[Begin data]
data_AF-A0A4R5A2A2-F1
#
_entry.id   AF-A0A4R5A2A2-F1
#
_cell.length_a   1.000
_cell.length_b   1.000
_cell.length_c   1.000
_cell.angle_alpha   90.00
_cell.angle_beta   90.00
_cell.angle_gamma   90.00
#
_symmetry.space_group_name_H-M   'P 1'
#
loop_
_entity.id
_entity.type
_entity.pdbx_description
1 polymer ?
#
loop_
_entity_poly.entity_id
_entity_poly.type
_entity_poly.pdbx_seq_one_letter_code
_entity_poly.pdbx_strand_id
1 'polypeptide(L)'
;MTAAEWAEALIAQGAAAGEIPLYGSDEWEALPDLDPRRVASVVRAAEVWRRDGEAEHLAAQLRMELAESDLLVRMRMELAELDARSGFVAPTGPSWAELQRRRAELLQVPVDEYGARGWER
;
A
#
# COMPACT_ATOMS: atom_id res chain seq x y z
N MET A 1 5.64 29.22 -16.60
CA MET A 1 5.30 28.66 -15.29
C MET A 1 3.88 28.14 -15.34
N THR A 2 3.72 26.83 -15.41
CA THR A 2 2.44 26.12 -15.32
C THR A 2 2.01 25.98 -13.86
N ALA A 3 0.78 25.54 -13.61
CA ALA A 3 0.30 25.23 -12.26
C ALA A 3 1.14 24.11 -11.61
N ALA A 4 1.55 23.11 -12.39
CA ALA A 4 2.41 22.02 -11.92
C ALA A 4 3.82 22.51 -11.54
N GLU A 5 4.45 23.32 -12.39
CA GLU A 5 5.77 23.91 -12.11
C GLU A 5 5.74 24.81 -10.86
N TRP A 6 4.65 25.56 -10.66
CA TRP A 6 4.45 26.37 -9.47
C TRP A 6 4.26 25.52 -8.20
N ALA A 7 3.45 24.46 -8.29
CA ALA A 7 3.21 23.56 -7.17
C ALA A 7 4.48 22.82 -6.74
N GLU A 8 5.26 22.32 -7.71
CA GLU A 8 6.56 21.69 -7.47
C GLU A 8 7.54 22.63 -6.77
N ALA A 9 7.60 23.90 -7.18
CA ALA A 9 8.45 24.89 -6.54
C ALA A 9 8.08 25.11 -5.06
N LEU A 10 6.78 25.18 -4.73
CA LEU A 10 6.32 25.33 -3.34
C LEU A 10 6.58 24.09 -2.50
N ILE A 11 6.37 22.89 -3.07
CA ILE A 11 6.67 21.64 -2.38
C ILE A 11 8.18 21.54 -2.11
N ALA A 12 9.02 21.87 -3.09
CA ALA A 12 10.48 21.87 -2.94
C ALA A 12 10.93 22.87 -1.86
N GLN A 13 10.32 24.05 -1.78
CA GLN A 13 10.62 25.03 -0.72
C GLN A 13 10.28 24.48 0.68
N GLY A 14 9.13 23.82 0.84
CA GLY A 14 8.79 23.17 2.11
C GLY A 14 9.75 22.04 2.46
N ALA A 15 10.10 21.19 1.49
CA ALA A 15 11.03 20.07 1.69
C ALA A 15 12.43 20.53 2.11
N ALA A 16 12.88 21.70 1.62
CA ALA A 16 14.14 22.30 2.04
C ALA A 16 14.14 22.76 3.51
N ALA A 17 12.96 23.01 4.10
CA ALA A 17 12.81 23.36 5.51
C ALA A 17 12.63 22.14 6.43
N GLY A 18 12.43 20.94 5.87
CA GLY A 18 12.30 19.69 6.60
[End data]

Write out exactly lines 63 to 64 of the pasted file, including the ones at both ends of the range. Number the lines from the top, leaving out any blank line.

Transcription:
C ILE A 11 8.18 21.54 -2.11
N ALA A 12 9.02 21.87 -3.09